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White winter

in Arctic Norway means snow, ice, and the famous Northern Lights! Unique to this region is the very low 3oo m treeline, giving rise to vertical snow-covered peaks jutting straight up from the crystal blue fjords below. Inland you find expansive white landscapes, the vastness of the Finnmarksvidda plateau, and the animals and indigenous Sami people living, travelling and working in this frozen environment with awe-inspiring ease. The contrast with urban snow-covered cityscapes is riveting


Old wooden fisherman´s cabins and modern architecture contrast brilliantly with epic, extreme surroundings, and even when it´s freezing outside the Norwegians have a cosy open fire or a knack for making even the most modern of buildings warm and welcoming.


Old, dilapidated fishing villages are often “decorated” by local graffiti artists, and architectural gems are littered in surprising locations, from urban environments to an outdoor loo in the middle of nowhere.



The Arctic light creates filming magic - pink midnight sun in the summer and the magical blue light of the polar nights in winter, adds drama and a sense of the unknown. The Northern Lights also graze these skies more often than anywhere else in the world, so if the mythical Aurora is what you´re after, this region is your best bet.


24 hours of daylight in summer also means you can you shoot for longer hours, and the vertical shadows cast over arctic landscapes, buildings and staggering mountains and fjords in the low sunlight creates otherworldly dimensions.


The openness of the people of the North and outward looking culture, lures you in. Every face tells a story in a land where fishermen, Vikings, indigenous people and sailors from all over the world has ended up looking for trade on the way to Russia.


Today, people here present uniquely as well informed, hugely “tech-forward” and acutely proud of their traditional ways of survival in the Arctic.

     - Your barista with the super edgy hair cut may be the art scholar daughter of a fisherman, who, apart from her Saturday barista job fillets fish during the holidays.



Arctic Norway has always attracted people from all over the world, making diverse and culturally interesting communities in the most remote locations.


The Lofoten islands used to attract fishermen from all over Europe – Now is houses thriving international art, surfing and climbing communities.


The Sami indigenous population are spread across the Sapmi region of Arctic Norway. Sami traditions and music infuse the region.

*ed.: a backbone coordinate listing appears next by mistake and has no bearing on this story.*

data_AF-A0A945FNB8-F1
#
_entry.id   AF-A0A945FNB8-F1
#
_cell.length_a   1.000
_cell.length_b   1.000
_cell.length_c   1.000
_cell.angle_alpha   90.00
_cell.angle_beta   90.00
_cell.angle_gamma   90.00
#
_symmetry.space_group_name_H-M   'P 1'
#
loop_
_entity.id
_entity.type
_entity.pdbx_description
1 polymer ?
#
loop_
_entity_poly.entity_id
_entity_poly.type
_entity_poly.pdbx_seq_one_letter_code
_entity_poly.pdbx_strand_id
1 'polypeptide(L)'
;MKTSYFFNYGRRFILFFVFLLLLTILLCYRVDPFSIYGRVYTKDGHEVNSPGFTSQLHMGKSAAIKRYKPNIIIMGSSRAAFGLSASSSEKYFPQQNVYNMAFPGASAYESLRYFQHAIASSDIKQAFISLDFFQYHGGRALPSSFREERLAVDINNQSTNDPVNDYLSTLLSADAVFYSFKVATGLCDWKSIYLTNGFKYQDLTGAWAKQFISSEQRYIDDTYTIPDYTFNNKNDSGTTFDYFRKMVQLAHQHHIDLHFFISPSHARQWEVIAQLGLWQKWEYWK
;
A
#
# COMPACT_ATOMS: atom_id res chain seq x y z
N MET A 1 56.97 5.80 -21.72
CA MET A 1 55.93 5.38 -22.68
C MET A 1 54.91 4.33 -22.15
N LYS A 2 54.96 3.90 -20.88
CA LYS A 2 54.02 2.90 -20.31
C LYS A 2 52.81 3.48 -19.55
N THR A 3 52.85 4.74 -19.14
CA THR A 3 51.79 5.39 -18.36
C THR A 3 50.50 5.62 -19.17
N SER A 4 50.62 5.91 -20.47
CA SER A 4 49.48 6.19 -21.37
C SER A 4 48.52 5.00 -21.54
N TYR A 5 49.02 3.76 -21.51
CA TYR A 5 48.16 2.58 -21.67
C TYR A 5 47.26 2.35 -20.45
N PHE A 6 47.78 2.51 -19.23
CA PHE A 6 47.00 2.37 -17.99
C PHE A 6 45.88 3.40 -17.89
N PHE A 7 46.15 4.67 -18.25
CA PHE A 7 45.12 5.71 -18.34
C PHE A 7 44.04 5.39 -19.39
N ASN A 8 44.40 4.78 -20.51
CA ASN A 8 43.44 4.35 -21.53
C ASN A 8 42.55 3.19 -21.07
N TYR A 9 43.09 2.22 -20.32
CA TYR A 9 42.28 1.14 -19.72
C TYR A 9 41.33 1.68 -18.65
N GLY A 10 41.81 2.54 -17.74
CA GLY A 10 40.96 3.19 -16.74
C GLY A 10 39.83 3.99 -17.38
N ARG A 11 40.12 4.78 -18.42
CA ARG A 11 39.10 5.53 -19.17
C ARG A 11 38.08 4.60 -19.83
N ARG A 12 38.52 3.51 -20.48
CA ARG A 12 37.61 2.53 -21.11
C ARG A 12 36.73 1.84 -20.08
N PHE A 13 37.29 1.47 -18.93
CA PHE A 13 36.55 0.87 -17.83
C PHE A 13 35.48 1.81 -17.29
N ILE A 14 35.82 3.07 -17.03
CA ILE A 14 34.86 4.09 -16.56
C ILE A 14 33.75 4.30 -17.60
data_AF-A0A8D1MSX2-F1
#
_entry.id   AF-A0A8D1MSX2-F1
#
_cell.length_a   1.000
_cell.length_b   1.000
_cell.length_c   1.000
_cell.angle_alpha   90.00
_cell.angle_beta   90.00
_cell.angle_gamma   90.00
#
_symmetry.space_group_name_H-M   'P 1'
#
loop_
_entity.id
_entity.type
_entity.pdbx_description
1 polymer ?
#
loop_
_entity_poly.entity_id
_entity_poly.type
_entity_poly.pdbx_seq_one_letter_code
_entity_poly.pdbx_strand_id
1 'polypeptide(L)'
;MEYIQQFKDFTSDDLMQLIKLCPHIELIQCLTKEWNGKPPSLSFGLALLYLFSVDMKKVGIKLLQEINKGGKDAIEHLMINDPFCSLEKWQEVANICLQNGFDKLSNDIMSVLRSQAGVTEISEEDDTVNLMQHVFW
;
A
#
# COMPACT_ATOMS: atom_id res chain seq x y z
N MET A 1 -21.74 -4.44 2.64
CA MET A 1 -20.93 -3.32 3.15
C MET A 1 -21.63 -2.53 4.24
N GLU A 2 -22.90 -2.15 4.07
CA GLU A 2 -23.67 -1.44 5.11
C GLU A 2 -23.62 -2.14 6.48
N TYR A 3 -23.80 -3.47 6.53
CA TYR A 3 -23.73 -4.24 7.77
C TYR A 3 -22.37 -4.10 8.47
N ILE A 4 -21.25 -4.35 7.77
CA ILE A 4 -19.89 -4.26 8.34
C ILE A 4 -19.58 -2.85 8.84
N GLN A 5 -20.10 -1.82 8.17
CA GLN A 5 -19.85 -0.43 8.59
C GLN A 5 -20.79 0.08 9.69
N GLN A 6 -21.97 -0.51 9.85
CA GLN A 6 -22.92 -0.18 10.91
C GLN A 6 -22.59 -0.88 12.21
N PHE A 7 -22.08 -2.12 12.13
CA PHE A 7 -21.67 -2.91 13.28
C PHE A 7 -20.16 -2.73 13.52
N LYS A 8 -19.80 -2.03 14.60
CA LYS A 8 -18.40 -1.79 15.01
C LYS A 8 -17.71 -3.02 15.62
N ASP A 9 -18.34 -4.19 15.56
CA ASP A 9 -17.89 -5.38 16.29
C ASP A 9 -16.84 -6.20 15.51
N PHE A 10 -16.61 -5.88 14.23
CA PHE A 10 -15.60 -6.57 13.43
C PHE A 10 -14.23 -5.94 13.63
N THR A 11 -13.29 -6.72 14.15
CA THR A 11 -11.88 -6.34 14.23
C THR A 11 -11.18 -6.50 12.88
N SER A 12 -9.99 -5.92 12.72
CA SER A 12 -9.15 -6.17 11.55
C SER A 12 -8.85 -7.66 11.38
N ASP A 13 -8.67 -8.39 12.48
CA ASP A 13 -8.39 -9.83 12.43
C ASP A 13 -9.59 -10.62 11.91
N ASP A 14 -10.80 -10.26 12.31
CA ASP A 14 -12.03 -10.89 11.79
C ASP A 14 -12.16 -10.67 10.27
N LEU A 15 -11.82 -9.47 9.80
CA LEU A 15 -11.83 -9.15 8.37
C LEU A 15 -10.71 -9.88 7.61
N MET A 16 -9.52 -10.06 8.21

The urban hub of Tromsø has a vibrant university, culture, nightlife and music scene.


This is the land if the Vikings and home to Europe’s only indigenous people, the Sami and their huge flocks of reindeer. The proximity to Russia and the shared border with Northern Sweden and Finish Lapland has shaped culture and history– but it is the fish that has kept this region alive. Vikings relished in the richness of the oceans here, creating big communities that have, or are being, archeologically excavated.


Tromsø itself is steeped in polar explorer history and Amundsen started his famous expeditions here. The rock carvings in Alta are on UNESCO’s World Heritage Site, and Finnmark, Narvik and Troms were vital battle grounds during WW II 


Filming in Arctic Norway

It is a good idea to collaborate with a local good line producer or producer when filming in Norway, and to use Norwegian crew, both because they are experts on the locations and any legal and logistical reequipments, but also because this is one of the requirements putting any production in line for the 25% cash rebate scheme.


Norwegian crew are getting more and more used to working on big international productions, and they all speak English. Most crew members union members, but this is not a given, although all crew are generally treated as if they are. Capable crew, from DOPs cinematographers and line producers, to fixers, location scouts and drone operators are dotted around Norway and more concentrated around local towns like Tromsø, or in Oslo. All crew are used to relocating and filming all over this very long country with its intricate shoreline.


Crew costs are generally a little higher than in some other countries, but Norwegian crew are known for being highly efficient and experienced, meaning you sometimes don't need the same size crew as you would somewhere else. Svalbard has especially professional locations and productions services, and the film studio Filmcamp with HoD-facilities and more is located inland in Arctic Norway, near Målselv. 

Permission to film

We collaborate with the Film Commissions of each region in Norway, who facilitate and help getting finance, permits and sometimes crew. Generally, Norway is a film friendly country. If you are on public ground, you do not need a permit to film unless you’re obstructing roads or other public spaces. You can also film private spaces and houses freely if you are standing on public ground. National parks do have some restrictions when it comes to use of drones and aerial filming, as well as motorised vehicles, and there may be restrictions on any human activity in some parts of Arctic Norway depending on the season and specific wildlife and environmental issues.

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